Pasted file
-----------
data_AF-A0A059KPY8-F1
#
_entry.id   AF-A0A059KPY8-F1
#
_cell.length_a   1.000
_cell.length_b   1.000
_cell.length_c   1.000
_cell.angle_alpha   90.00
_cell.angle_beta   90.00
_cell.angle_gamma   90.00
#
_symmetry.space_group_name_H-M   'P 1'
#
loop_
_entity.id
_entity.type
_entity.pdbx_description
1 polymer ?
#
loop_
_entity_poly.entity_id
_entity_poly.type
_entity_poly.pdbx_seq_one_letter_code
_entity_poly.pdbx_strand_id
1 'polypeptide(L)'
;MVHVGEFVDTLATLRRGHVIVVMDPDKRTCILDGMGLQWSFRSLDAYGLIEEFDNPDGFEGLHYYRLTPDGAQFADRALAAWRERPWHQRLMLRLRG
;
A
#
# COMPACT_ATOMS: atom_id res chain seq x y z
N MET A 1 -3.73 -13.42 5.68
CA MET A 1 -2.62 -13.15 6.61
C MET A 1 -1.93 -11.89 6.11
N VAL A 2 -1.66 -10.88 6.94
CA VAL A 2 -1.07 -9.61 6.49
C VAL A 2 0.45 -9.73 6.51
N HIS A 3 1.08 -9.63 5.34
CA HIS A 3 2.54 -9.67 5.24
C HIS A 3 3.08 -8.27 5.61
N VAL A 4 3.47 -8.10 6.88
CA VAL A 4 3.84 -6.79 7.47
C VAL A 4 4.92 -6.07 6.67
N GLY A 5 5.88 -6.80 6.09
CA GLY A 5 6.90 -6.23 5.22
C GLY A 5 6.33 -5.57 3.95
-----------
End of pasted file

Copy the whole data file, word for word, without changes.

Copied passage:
data_AF-A0A059KPY8-F1
#
_entry.id   AF-A0A059KPY8-F1
#
_cell.length_a   1.000
_cell.length_b   1.000
_cell.length_c   1.000
_cell.angle_alpha   90.00
_cell.angle_beta   90.00
_cell.angle_gamma   90.00
#
_symmetry.space_group_name_H-M   'P 1'
#
loop_
_entity.id
_entity.type
_entity.pdbx_description
1 polymer ?
#
loop_
_entity_poly.entity_id
_entity_poly.type
_entity_poly.pdbx_seq_one_letter_code
_entity_poly.pdbx_strand_id
1 'polypeptide(L)'
;MVHVGEFVDTLATLRRGHVIVVMDPDKRTCILDGMGLQWSFRSLDAYGLIEEFDNPDGFEGLHYYRLTPDGAQFADRALAAWRERPWHQRLMLRLRG
;
A
#
# COMPACT_ATOMS: atom_id res chain seq x y z
N MET A 1 -3.73 -13.42 5.68
CA MET A 1 -2.62 -13.15 6.61
C MET A 1 -1.93 -11.89 6.11
N VAL A 2 -1.66 -10.88 6.94
CA VAL A 2 -1.07 -9.61 6.49
C VAL A 2 0.45 -9.73 6.51
N HIS A 3 1.08 -9.63 5.34
CA HIS A 3 2.54 -9.67 5.24
C HIS A 3 3.08 -8.27 5.61
N VAL A 4 3.47 -8.10 6.88
CA VAL A 4 3.84 -6.79 7.47
C VAL A 4 4.92 -6.07 6.67
N GLY A 5 5.88 -6.80 6.09
CA GLY A 5 6.90 -6.23 5.22
C GLY A 5 6.33 -5.57 3.95